Saturday, July 24, 2021

Talk at the Petersburg CWRT: August 5, 2021


I'm looking forward to heading back to the Petersburg Civil War Roundtable (CWRT) on August 5.  At this event, I'll be talking about the Civil War in North Carolina during 1864 as covered in my book The Fight For The Old North State, The Civil War in North Carolina, January–May 1864 (Univ. Press of Kansas, 2019).  The details for the event are here

Saturday, May 15, 2021

An Honest Observation From an Old Veteran

(Edwin Forbes, LOC)

Doing some research this morning, I came across this amusing nuggest from H.O. Crosby of the 5th U.S. Cavalry in some recollections he prepared in 1894. You don't see this kind of thing much in the veterans' stories:

"When comrades are giving their accounts of battles they were engaged in, many of them can, with apparent truth, give their exact positions in all subsequent movements. I never could, and can only explain it that I was so badly scared and so intensely interested in the immediate demands of the occasion, and my time was so occupied that I had no thought to give to the general direction of affairs and correcting the errors of my superiors, even though I was a noncommissioned officer. This, I think, must be part of sincere regret on the part of said officers. Either of this apology to them, and here with tender it, even if rather tardily offered.”

Sunday, March 7, 2021

Fort Pillow On a Small Scale: Ransom's Raid, March 1864

In March 1864, a Confederate foraging expedition along the North Carolina-Virginia border led to combat at Suffolk, Virginia and the murder of captured Black U.S. soldiers. This episode is covered in detailed in Chapter 13 of The Fight For The Old North State.  Here is a condensed account of these events:

In early 1864, George Pickett, commander of Confederate forces in North Carolina, planned a raid into the northeastern corner of the Old North State to bring “out the bacon and provisions so very necessary for us at this present time.” Weeks after a failed attack on New Bern in February, Pickett assigned command of the planned raid to North Carolina native Matt Ransom who would lead a force consisting of Ransom’s own brigade, the recently formed 68th North Carolina, two artillery batteries, and James Dearing’s 8th Confederate Cavalry. To reach these counties, which were located in largely Union-controlled territory, Ransom’s force would have to march east through a strip of country bordered on the north by the Federal position at Suffolk, Virginia and on the south by the Chowan River and the Albemarle Sound. In devising the raid, Pickett’s goal was not only to obtain provisions; he no doubt also hoped to demonstrate that the Confederates could project power into these remote areas following the U.S. expedition conducted by Union general Edward Wild’s African American regiments only two months before.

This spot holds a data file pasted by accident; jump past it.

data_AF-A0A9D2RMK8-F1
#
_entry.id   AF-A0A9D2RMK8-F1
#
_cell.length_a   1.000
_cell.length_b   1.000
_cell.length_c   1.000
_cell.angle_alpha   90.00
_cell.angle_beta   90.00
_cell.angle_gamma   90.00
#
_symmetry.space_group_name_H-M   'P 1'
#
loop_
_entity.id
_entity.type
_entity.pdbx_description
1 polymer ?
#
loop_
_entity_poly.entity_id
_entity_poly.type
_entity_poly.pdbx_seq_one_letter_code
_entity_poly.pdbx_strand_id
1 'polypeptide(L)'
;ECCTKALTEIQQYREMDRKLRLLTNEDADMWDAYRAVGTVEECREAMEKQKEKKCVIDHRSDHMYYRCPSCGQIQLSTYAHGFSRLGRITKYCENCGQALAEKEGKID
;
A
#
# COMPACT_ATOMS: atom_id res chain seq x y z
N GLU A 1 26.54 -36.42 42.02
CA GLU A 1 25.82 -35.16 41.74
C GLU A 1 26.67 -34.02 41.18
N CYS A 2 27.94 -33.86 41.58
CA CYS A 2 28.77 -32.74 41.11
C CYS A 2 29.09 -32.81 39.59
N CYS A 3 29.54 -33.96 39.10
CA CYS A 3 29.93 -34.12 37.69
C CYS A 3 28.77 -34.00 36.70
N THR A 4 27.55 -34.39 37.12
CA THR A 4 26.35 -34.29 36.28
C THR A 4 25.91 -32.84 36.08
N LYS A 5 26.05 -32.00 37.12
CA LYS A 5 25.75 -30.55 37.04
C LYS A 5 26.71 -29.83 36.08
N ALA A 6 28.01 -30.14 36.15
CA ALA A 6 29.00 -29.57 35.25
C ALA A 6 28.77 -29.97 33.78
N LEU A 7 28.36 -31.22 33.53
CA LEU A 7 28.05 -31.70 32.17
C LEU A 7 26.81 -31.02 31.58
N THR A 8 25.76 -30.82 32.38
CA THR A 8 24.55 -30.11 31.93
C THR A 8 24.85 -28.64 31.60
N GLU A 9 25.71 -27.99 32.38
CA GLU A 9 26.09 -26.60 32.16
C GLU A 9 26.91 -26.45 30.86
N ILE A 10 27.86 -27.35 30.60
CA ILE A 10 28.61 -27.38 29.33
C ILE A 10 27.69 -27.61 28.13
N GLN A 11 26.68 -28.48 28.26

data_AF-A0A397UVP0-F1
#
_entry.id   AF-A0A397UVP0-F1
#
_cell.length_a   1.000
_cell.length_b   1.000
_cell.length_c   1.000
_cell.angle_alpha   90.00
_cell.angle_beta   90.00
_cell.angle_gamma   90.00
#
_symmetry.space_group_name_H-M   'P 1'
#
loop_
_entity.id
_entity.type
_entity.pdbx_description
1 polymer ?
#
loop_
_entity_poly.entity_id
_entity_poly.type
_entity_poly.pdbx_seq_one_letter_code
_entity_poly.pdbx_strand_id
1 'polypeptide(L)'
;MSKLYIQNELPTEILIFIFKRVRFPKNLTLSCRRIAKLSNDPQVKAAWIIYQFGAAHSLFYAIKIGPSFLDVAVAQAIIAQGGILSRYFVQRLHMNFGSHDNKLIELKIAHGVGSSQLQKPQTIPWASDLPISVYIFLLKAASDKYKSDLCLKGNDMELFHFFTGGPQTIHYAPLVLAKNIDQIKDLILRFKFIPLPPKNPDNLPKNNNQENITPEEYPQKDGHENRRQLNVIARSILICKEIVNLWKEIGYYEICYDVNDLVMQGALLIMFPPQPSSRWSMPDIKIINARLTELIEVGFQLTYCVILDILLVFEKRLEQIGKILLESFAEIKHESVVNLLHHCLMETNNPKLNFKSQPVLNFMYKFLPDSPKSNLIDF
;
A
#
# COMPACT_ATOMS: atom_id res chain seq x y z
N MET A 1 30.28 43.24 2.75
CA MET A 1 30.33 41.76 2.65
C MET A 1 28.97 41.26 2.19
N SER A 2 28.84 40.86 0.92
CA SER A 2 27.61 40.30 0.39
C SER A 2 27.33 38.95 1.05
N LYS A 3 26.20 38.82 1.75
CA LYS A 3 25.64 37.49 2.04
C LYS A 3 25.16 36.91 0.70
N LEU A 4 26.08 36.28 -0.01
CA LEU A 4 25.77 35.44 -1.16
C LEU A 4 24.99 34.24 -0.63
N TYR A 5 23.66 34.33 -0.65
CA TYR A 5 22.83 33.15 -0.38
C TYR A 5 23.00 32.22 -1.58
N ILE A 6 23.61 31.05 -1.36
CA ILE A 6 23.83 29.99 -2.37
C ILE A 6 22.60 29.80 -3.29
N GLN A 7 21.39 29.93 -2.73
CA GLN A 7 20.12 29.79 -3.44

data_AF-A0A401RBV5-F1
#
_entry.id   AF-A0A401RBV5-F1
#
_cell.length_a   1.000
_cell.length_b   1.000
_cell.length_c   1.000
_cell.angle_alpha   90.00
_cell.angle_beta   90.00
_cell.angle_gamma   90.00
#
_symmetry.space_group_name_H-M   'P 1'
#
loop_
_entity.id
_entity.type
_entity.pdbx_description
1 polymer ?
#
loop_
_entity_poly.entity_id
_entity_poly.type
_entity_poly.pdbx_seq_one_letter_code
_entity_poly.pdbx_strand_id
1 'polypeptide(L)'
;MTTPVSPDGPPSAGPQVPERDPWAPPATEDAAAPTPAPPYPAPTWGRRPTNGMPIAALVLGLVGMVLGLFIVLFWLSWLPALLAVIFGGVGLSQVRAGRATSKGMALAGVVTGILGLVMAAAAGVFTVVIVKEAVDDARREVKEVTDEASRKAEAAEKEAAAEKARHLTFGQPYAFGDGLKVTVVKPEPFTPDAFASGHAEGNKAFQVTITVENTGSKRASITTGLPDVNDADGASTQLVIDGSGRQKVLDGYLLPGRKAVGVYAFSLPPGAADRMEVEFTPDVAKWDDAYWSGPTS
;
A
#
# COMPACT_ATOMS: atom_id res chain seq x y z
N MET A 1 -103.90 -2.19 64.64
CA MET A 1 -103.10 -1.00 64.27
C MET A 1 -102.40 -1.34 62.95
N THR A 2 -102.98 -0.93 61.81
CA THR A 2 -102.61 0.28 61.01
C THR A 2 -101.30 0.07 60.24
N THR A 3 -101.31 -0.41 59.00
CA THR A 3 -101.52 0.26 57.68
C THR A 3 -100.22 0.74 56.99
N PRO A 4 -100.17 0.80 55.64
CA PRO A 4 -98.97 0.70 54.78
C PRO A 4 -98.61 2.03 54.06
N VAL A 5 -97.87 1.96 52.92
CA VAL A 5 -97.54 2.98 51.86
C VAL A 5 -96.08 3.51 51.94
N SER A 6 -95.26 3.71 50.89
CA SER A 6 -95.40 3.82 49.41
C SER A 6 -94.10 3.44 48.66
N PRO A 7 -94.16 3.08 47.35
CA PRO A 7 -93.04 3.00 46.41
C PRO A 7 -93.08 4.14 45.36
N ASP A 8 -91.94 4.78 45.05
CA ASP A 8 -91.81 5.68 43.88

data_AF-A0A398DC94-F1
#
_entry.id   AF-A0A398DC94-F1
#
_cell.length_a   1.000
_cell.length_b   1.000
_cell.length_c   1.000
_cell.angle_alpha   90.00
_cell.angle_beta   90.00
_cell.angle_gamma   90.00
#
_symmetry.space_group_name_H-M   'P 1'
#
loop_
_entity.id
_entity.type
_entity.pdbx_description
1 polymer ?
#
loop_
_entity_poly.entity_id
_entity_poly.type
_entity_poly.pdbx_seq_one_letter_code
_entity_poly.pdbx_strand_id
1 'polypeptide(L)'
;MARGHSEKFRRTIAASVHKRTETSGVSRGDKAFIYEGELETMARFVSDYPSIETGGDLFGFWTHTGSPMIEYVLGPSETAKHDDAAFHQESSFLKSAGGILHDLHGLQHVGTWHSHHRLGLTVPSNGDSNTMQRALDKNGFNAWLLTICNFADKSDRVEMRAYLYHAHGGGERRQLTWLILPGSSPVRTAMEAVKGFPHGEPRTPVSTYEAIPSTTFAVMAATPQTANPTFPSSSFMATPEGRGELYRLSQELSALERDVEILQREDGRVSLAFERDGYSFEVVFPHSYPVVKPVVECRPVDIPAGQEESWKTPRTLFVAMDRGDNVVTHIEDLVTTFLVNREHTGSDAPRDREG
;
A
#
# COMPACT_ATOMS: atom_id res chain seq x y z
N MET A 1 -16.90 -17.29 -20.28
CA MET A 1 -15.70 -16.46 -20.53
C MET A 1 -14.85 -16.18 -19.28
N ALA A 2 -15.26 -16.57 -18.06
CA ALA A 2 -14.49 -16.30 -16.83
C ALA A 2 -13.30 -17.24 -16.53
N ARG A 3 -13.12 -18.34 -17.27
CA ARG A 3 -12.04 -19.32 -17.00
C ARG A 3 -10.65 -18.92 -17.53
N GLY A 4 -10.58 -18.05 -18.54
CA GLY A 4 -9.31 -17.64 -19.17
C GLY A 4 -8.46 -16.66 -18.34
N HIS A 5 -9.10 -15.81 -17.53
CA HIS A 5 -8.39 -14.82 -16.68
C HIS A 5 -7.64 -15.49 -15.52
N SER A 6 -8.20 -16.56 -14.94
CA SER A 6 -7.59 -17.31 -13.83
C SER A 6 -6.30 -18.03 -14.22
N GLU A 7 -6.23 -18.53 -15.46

Ransom’s units left their camps at Weldon, N.C. on Wednesday, February 24, and, after several days of marching reached South Mills in Camden County. There, the foraging began as detachments moved off in every direction. The men found the region rich in stored provisions, particularly pork, and gathered up as many victuals as their wagons could carry. During the operation, Federal cavalry threatened from outposts at Ballahock Station and Deep Creek just across the border in Virginia. Ransom remained at South Mills for several days, not departing until Friday, March 4. On the return, Colonel James Dearing’s cavalry and five infantry companies escorted the wagons, bulging with nearly 150,000 pounds of bacon, back to Weldon.